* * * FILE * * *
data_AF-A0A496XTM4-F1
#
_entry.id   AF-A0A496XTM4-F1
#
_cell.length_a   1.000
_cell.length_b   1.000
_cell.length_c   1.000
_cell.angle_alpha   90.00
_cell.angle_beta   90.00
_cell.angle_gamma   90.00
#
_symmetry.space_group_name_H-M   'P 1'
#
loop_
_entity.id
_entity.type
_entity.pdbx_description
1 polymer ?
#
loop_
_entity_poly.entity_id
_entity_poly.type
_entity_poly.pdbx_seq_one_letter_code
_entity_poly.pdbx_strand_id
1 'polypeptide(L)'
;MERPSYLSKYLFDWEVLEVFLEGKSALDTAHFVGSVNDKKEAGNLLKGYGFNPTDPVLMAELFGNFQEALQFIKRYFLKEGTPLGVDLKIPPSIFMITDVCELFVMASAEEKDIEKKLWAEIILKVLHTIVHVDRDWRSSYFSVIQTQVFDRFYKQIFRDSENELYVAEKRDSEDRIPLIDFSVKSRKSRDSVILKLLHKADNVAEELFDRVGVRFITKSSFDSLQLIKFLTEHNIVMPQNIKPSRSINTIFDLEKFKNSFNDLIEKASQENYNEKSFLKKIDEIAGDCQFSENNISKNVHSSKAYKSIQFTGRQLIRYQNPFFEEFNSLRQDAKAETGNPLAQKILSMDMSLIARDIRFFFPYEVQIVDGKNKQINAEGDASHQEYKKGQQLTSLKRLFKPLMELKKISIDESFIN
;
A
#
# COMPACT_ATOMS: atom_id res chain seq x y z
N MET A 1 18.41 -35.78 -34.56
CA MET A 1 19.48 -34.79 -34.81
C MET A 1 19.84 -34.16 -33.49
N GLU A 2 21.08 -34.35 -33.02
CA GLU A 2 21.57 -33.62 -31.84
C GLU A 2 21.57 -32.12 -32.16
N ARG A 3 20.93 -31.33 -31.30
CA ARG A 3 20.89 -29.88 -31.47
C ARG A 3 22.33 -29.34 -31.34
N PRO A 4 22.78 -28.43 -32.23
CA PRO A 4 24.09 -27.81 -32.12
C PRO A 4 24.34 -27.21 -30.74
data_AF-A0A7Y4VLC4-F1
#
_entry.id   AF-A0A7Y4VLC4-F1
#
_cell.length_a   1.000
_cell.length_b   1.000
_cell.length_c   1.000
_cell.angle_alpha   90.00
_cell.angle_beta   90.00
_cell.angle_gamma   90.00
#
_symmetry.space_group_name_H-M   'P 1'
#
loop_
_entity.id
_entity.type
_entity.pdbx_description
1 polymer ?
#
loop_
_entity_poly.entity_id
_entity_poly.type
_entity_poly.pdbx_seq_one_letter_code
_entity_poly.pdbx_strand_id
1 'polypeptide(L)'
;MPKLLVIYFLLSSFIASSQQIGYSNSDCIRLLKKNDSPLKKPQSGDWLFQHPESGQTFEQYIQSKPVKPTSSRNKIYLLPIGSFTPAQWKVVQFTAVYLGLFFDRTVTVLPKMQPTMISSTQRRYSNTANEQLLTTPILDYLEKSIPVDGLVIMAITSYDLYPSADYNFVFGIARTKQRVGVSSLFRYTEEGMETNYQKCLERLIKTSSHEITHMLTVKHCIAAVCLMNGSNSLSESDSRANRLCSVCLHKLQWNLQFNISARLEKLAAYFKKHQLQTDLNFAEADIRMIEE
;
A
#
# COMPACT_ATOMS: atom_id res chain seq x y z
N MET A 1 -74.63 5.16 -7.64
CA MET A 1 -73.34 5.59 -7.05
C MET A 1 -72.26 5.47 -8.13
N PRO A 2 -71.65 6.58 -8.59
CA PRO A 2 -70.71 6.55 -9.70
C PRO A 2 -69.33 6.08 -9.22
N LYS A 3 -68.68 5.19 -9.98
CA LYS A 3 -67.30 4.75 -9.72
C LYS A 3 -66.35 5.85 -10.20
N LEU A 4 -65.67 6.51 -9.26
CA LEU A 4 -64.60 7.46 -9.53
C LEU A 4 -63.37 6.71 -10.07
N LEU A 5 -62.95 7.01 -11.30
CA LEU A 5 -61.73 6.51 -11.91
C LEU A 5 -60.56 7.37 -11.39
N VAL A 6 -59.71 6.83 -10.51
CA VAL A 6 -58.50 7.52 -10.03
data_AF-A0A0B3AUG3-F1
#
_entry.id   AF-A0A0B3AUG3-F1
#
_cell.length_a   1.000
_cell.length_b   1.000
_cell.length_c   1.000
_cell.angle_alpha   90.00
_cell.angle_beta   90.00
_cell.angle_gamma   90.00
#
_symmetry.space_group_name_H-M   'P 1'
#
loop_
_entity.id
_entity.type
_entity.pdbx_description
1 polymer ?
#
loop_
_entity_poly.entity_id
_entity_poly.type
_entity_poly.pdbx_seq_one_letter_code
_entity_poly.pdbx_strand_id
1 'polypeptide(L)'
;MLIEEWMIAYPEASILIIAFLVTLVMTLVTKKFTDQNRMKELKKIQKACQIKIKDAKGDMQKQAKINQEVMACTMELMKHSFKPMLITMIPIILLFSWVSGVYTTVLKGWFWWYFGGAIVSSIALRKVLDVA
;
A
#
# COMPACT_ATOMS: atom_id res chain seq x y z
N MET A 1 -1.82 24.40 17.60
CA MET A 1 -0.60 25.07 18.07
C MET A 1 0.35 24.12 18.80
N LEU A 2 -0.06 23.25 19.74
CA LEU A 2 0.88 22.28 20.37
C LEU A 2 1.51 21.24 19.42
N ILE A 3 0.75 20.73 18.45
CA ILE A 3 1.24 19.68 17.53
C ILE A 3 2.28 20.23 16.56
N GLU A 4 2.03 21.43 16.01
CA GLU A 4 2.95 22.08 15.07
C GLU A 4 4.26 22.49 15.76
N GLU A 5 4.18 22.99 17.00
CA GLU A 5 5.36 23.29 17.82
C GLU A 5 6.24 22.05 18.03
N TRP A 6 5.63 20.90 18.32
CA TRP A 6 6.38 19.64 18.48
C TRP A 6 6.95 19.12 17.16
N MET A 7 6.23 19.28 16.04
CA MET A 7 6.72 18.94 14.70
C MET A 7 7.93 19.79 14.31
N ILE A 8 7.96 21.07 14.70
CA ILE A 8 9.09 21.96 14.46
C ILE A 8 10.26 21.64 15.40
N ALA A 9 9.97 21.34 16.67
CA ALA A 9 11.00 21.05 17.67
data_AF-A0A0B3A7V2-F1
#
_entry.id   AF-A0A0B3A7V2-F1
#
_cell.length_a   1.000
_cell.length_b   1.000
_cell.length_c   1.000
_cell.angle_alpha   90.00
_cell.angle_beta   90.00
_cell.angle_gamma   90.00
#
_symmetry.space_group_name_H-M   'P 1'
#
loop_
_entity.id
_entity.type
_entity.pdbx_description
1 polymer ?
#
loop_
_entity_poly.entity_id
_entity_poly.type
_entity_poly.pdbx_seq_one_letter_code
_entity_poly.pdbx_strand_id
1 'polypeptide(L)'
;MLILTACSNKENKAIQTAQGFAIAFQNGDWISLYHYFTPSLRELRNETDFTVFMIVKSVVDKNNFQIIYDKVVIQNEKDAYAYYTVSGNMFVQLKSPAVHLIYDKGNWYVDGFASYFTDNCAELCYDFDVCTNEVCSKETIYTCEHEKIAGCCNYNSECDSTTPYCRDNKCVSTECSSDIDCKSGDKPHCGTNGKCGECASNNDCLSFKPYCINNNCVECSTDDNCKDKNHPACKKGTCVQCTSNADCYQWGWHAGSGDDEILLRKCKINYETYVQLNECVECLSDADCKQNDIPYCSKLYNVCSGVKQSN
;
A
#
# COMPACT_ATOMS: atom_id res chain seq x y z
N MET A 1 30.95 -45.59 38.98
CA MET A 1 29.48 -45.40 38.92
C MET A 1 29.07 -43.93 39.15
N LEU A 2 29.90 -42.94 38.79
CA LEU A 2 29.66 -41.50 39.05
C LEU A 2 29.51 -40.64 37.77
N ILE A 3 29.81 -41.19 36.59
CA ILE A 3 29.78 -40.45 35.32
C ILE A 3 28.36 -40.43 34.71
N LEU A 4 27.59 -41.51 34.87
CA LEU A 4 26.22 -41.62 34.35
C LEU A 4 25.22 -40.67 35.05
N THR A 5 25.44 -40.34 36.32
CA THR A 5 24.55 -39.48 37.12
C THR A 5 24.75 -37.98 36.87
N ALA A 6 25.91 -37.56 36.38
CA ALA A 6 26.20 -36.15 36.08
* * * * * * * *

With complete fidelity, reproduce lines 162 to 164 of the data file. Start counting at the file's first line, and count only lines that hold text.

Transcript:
_entity.pdbx_description
1 polymer ?
#